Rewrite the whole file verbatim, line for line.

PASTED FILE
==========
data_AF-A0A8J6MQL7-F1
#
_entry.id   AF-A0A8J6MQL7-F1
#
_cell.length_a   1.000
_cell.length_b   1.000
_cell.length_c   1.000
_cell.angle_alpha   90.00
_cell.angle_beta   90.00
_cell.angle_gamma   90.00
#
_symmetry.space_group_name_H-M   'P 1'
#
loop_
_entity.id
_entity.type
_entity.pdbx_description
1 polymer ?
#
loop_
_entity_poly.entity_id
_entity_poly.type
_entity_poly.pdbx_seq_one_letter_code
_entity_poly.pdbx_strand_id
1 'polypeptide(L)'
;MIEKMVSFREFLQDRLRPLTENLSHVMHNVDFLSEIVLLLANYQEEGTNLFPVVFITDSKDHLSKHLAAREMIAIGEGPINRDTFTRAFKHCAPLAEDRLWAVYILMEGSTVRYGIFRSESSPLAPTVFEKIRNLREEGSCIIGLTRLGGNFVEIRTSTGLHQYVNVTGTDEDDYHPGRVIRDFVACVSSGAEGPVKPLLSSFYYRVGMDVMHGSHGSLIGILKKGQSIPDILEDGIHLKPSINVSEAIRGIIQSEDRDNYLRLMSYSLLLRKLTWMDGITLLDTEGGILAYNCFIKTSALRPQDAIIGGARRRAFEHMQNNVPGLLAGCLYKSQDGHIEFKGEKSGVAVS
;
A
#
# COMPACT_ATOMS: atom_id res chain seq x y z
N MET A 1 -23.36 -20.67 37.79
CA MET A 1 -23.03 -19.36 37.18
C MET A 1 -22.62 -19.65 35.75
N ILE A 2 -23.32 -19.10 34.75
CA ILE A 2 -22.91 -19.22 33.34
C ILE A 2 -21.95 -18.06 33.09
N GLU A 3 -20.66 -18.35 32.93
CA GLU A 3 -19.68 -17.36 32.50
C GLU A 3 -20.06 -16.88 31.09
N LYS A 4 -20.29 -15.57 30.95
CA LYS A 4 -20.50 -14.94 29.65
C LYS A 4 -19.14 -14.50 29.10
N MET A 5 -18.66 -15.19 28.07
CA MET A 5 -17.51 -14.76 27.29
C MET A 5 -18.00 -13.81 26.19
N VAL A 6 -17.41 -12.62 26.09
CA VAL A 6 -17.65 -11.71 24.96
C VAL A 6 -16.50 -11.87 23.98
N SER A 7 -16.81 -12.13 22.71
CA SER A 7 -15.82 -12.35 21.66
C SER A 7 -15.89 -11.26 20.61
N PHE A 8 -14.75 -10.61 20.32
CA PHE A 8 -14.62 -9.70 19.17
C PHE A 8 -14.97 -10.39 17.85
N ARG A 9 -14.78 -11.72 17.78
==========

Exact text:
data_AF-A0A8J6MQL7-F1
#
_entry.id   AF-A0A8J6MQL7-F1
#
_cell.length_a   1.000
_cell.length_b   1.000
_cell.length_c   1.000
_cell.angle_alpha   90.00
_cell.angle_beta   90.00
_cell.angle_gamma   90.00
#
_symmetry.space_group_name_H-M   'P 1'
#
loop_
_entity.id
_entity.type
_entity.pdbx_description
1 polymer ?
#
loop_
_entity_poly.entity_id
_entity_poly.type
_entity_poly.pdbx_seq_one_letter_code
_entity_poly.pdbx_strand_id
1 'polypeptide(L)'
;MIEKMVSFREFLQDRLRPLTENLSHVMHNVDFLSEIVLLLANYQEEGTNLFPVVFITDSKDHLSKHLAAREMIAIGEGPINRDTFTRAFKHCAPLAEDRLWAVYILMEGSTVRYGIFRSESSPLAPTVFEKIRNLREEGSCIIGLTRLGGNFVEIRTSTGLHQYVNVTGTDEDDYHPGRVIRDFVACVSSGAEGPVKPLLSSFYYRVGMDVMHGSHGSLIGILKKGQSIPDILEDGIHLKPSINVSEAIRGIIQSEDRDNYLRLMSYSLLLRKLTWMDGITLLDTEGGILAYNCFIKTSALRPQDAIIGGARRRAFEHMQNNVPGLLAGCLYKSQDGHIEFKGEKSGVAVS
;
A
#
# COMPACT_ATOMS: atom_id res chain seq x y z
N MET A 1 -23.36 -20.67 37.79
CA MET A 1 -23.03 -19.36 37.18
C MET A 1 -22.62 -19.65 35.75
N ILE A 2 -23.32 -19.10 34.75
CA ILE A 2 -22.91 -19.22 33.34
C ILE A 2 -21.95 -18.06 33.09
N GLU A 3 -20.66 -18.35 32.93
CA GLU A 3 -19.68 -17.36 32.50
C GLU A 3 -20.06 -16.88 31.09
N LYS A 4 -20.29 -15.57 30.95
CA LYS A 4 -20.50 -14.94 29.65
C LYS A 4 -19.14 -14.50 29.10
N MET A 5 -18.66 -15.19 28.07
CA MET A 5 -17.51 -14.76 27.29
C MET A 5 -18.00 -13.81 26.19
N VAL A 6 -17.41 -12.62 26.09
CA VAL A 6 -17.65 -11.71 24.96
C VAL A 6 -16.50 -11.87 23.98
N SER A 7 -16.81 -12.13 22.71
CA SER A 7 -15.82 -12.35 21.66
C SER A 7 -15.89 -11.26 20.61
N PHE A 8 -14.75 -10.61 20.32
CA PHE A 8 -14.62 -9.70 19.17
C PHE A 8 -14.97 -10.39 17.85
N ARG A 9 -14.78 -11.72 17.78